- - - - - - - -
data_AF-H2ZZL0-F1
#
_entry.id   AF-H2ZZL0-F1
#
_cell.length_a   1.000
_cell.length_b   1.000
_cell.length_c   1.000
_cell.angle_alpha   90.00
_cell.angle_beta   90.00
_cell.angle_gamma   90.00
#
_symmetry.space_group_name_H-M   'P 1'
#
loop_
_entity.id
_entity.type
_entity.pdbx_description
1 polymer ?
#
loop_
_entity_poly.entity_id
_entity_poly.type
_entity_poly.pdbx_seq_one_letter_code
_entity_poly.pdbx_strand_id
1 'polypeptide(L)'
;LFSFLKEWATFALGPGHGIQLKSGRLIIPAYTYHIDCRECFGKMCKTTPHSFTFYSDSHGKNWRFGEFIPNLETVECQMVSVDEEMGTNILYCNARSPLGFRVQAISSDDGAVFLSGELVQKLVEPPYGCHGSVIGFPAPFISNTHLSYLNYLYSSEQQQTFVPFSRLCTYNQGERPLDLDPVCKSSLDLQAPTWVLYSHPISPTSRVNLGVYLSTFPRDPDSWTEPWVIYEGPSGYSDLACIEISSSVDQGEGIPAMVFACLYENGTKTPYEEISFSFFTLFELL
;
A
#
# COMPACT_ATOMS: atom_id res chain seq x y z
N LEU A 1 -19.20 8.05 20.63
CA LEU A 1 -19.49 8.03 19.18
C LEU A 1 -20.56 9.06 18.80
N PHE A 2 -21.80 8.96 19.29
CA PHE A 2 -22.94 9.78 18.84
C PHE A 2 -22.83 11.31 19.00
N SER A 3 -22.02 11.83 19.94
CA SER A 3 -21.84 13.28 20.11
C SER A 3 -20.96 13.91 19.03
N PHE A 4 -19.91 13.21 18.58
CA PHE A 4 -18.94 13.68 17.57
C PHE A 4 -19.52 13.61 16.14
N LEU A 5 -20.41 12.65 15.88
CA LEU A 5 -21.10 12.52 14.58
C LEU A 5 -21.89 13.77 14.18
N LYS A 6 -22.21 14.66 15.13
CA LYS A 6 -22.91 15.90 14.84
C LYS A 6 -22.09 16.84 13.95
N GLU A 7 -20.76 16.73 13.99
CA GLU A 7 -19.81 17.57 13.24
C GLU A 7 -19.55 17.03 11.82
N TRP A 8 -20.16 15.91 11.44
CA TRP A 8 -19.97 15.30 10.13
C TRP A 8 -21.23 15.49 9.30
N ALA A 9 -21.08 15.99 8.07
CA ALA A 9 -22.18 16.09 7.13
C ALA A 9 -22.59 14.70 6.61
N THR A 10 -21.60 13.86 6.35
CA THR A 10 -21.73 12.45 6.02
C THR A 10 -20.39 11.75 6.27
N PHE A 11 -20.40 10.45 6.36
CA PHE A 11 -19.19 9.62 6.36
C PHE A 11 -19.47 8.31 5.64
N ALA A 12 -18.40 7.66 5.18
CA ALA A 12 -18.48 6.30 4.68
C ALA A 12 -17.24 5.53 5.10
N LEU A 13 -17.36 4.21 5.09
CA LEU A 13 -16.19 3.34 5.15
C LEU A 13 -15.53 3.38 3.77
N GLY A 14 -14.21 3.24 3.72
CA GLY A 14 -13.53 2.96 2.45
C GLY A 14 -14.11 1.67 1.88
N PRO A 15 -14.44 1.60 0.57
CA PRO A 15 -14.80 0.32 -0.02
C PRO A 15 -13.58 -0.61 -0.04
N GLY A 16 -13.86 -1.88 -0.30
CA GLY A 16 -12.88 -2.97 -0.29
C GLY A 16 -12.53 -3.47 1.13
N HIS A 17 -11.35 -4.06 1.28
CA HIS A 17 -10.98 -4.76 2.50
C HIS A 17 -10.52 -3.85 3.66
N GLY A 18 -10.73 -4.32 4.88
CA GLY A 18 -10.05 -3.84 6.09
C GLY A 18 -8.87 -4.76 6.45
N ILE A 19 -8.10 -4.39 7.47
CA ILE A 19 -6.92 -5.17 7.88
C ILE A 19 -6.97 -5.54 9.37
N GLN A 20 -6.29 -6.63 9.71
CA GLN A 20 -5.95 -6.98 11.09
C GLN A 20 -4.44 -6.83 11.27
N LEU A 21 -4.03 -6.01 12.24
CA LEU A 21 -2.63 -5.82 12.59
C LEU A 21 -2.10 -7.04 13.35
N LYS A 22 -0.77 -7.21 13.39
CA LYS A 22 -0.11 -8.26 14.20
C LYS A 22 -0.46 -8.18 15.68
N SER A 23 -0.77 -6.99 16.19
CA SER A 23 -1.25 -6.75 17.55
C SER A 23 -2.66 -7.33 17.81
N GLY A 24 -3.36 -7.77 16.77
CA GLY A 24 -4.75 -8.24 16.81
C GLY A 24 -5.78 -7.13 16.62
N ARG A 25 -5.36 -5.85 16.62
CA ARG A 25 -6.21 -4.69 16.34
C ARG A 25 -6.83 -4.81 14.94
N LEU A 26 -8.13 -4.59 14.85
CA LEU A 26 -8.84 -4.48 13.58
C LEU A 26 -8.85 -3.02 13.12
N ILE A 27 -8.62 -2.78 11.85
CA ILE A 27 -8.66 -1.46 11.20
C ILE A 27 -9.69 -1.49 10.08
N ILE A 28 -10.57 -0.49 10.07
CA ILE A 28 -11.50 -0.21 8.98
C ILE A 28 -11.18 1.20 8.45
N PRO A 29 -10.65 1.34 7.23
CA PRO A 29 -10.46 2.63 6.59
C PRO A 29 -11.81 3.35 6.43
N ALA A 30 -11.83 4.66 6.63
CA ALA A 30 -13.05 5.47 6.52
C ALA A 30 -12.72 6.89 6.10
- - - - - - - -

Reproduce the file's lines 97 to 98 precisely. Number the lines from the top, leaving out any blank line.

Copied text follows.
N SER A 23 -0.77 -6.99 16.19
CA SER A 23 -1.25 -6.75 17.55